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- Growing Up Bronx
I had recently moved into my new place in Woodside. My very first, dedicated, solo space! Oh yeah, my own bachelor pad! I remember when she came over to my place. Both of us were sitting alone, having drinks on my couch. In the background, I had some soft reggae music playing. I still remember the one song, “I just don’t want to be lonely” by Freddy McGregor. Lust was in the air.
She sat up on the couch, opened her legs, and she straddled me. She came in and pressed her chest against me, and I pulled her in firmly by her waist. We just held each other close, tightly, cheek to cheek. I was so deeply intoxicated with the scent of her perfume, the way it perfectly blended with her very own natural scent. The warmth of her body was driving me mad. I know she felt me. She backed up a little. I could see the fire in her eyes as our lips softly touched. Then she slowly rose; she held my hand, and silently invited me to rise and dance with her to this song. As we danced, my lips kissed her neck. I could feel her breathing heavy. I knew what was going to happen next, and I couldn’t wait to taste of this woman.
Then she said it, “I want you so badly Angel; you have no idea how bad I want this right now. I know you do too. I can see it in your eyes, your face, and your body is telling me so. We both want this. However, I have to tell you something. Ok? Let me say this first. You will regret this.”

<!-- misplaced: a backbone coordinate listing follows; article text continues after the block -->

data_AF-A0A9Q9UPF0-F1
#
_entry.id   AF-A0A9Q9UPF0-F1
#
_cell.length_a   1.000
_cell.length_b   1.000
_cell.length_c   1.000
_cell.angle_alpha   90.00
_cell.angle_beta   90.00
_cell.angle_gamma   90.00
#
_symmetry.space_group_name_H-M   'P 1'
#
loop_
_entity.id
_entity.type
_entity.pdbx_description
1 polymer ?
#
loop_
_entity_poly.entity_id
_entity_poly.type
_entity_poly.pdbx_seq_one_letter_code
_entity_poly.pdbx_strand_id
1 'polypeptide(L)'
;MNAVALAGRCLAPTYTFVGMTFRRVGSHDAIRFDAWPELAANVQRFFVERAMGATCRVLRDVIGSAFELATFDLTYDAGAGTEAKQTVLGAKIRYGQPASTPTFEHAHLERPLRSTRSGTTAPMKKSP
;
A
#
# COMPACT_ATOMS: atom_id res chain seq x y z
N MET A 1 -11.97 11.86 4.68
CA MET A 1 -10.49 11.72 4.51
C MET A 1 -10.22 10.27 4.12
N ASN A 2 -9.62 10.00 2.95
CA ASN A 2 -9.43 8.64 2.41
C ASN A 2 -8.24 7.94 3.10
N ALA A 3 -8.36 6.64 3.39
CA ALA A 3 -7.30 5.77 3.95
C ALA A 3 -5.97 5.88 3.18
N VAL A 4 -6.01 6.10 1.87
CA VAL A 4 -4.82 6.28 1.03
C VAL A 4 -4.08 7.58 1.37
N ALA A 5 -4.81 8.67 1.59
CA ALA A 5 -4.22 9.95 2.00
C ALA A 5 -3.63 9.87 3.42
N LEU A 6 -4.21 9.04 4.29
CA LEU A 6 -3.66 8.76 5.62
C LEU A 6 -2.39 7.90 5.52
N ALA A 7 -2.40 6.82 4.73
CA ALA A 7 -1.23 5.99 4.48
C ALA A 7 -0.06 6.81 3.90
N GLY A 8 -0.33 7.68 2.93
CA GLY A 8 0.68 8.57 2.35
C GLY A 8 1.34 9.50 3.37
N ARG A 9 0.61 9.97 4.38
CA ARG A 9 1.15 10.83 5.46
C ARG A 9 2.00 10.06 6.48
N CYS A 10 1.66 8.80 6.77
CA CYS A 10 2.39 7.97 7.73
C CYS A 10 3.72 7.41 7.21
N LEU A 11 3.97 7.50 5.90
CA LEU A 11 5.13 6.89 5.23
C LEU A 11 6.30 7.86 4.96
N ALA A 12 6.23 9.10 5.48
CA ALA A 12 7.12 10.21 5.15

What the hell? I felt the color drain from my cheeks, all the lust and desire I felt began to dissipate. With nine words, she completely killed the entire moment. The pulsing in my chest, stopped. The throbbing in my pants shrunk, and I looked at her.
I already knew that this woman was trouble, my intelligent mind knew this. I knew that she had emotional baggage, but my body wanted her. I hungered for her, and as many a man before me has done in a similar situation, I decided that I was perfectly capable of handling the associated risks. But a dead stop warning like this? Man, I wasn’t ready for that at all. I felt like someone was giving me a chance at life, and I wasn’t about to let that go.
I backed off of her; I looked at her and asked, “Really? Why?” She wouldn’t answer, she simply said, “I’m remorseful about this Angel. I’m sorry that I’m hurting you. However, the alternative is worst.” At this point, I knew that I was done, so I said that perhaps it was not a good idea to proceed. She agreed; we sat down, toasted to friendship, and that was the last time I saw her in person. We communicated a few times after that, but I was done pursuing anything other than just a friendship. Whatever the reason, a warning like that is not to be taken lightly.
We’ve since lost contact. Lust or bust.
Growing Up Bronx